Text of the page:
It was not my intention to write a new blog post today and I hoped this would turn out a short one, but I thought I should share my recent experiences on the internet with you. In fact, I was simply searching for ANY other blog that deals with the cross of Christ on a personal basis. I truly wondered whether there might be a handful of such blogs nowadays. Here’s what I found out.
You can be sure that you will find countless blogs that deal with the cross of Christ on the basis of what He once did for us, i.e., that He saved us from our sins in general. But you will find less writings that tell you something about how His Cross might affect us in our personal lives today (am speaking about killing sin in us through the Holy Spirit, for example). Often times writers seem to agree with the formula, “Jesus did it all, so let’s simply talk about it and go on with living our lives as we did before.” Well, that was not really new to me. What amazed me, instead, was the fact that I found a website, not a blog, where they shared some deep truth about the cross of Christ. But as I thought about copying and pasting an excerpt, alas, I could not find the author of this article. In order to find out the original text I did the following: I copied a longer and striking sentence and pasted it on Google Search. It was this one.
“When Jesus carried His cross up Golgotha to be crucified, no one was thinking of the cross as symbolic of a burden to carry.”
What happened next? Searching for this particular sentence, confusion set in since I found this text with the same wording on several blogs, in a PDF, and on websites as well. And not only this sentence! It was almost always the same long text and, believe it or not, although some people mentioned the presumed author (a website, not a person), other people did as if that whole article or parts of it had been their own writing. This really saddened me because I wondered how many people who drop by and see the truth written on a site might be led to the conviction that the (false) author might really live a (holy) life where the cross of Christ reveals its effects daily. Indeed, deception always begins with a seemingly little lie in people’s eyes as they are tempted to think, ‘What many people do (on the net) can’t be thaaat wrong…’ Once we allow such thoughts and finally as we have given in to such temptations, our hearts get hardened over time and we cannot sense the wrong about sins committed by us and others, either. As the author of Hebrews tells us,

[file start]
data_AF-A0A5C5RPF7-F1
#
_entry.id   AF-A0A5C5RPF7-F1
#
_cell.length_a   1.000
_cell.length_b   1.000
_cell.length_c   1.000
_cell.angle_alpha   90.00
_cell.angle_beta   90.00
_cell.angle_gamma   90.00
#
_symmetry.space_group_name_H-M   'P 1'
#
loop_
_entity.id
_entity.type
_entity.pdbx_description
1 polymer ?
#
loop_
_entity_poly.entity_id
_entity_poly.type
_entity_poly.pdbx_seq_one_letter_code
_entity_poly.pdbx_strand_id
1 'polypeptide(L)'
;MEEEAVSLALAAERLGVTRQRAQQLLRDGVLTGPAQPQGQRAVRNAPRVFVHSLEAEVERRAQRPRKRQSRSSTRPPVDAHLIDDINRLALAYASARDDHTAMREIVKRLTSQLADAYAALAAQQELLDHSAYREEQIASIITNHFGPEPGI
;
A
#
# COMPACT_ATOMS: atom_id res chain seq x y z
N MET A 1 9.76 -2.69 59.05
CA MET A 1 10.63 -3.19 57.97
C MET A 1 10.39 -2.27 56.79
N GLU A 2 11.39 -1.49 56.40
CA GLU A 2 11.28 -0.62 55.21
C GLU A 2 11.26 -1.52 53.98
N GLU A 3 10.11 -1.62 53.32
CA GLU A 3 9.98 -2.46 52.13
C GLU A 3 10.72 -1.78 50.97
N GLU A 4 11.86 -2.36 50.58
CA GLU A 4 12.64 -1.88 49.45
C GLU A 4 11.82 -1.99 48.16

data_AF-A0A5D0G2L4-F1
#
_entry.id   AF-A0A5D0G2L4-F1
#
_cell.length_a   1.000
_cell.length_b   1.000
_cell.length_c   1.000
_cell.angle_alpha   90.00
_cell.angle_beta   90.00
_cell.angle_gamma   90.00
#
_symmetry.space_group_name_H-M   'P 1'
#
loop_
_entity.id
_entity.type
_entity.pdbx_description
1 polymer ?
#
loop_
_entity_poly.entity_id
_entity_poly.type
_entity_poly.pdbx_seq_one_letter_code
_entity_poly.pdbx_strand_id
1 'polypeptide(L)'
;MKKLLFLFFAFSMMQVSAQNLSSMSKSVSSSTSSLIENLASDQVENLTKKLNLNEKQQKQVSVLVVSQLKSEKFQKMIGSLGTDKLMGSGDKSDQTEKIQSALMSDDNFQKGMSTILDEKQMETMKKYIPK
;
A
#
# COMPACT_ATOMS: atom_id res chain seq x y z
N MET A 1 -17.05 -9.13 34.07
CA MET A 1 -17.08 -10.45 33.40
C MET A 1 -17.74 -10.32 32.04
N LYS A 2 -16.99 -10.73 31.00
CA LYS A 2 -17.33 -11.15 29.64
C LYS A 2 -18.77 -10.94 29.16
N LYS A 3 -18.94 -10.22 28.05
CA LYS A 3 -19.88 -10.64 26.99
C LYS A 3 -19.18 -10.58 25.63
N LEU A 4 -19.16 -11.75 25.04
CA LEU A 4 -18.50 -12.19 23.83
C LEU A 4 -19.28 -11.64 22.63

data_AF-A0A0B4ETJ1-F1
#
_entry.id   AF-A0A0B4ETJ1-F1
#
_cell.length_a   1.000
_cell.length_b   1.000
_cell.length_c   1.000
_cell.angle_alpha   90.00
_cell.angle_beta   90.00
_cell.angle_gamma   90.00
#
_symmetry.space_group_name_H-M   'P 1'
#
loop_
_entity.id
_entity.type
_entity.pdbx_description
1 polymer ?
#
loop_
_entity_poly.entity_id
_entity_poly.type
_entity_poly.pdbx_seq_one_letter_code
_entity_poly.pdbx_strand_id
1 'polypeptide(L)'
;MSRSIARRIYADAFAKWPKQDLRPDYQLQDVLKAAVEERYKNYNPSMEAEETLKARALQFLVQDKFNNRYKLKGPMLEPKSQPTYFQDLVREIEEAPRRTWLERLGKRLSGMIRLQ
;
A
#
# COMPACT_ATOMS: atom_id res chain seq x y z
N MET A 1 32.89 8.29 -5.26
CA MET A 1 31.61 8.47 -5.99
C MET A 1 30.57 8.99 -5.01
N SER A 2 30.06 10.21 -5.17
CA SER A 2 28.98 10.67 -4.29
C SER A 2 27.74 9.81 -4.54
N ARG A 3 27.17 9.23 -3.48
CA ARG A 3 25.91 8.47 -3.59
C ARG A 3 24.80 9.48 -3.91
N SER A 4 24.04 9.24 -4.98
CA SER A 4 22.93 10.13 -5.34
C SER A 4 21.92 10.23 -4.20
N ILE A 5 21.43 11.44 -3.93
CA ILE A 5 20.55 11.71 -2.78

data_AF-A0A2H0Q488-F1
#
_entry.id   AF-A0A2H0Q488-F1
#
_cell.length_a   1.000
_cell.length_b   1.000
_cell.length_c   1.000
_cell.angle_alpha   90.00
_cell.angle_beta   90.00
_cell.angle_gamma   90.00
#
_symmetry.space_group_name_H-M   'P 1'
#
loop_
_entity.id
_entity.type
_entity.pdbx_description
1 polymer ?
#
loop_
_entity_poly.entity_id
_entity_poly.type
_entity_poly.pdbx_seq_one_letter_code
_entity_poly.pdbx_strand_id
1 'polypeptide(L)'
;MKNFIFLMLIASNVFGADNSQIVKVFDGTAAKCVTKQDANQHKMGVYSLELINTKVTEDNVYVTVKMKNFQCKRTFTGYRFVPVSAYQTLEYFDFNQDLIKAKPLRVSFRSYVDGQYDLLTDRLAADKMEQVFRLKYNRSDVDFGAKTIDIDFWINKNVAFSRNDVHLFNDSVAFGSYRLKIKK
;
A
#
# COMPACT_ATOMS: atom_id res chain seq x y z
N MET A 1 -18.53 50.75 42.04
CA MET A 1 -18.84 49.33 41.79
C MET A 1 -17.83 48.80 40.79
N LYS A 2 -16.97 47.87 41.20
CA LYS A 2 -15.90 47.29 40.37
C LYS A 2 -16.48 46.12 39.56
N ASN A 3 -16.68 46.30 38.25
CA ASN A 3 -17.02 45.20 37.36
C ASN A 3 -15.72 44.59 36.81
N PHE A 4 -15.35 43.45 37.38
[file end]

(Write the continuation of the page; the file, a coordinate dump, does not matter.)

“Take care, brothers, lest there be in any of you an evil, unbelieving heart, leading you to fall away from the living God. But exhort one another every day, as long as it is called “today,” that none of you may be hardened by the deceitfulness of sin. For we have come to share in Christ, if indeed we hold our original confidence firm to the end. As it is said, “Today, if you hear his voice, do not harden your hearts as in the rebellion.” For who were those who heard and yet rebelled? Was it not all those who left Egypt led by Moses? And with whom was he provoked for forty years? Was it not with those who sinned, whose bodies fell in the wilderness? And to whom did he swear that they would not enter his rest, but to those who were disobedient? So we see that they were unable to enter because of unbelief.” (Heb 3:12-19 ESV)
I think ‘unbelief’ is often misunderstood as not being able to believe this or that fact about what is written or promised in the Bible. As these verses from Hebrews clarify, unbelief has to do with disobedience toward God’s voice that speaks to us TODAY. If we decide to neither listen to nor to obey Him, have we not sinned? Actually, continued sinning finally hardens our hearts so much that we cannot hear His voice clearly anymore.
In closing I offer you now this aforementioned article about the meaning of the cross of Christ.
Question: “What did Jesus mean when He said, “Take up your cross and follow Me” (Matthew 16:24; Mark 8:34; Luke 9:23)?”
Answer: Let’s begin with what Jesus didn’t mean. Many people interpret “cross” as some burden they must carry in their lives: a strained relationship, a thankless job, a physical illness. With self-pitying pride, they say, “That’s my cross I have to carry.” Such an interpretation is not what Jesus meant when He said, “Take up your cross and follow Me.”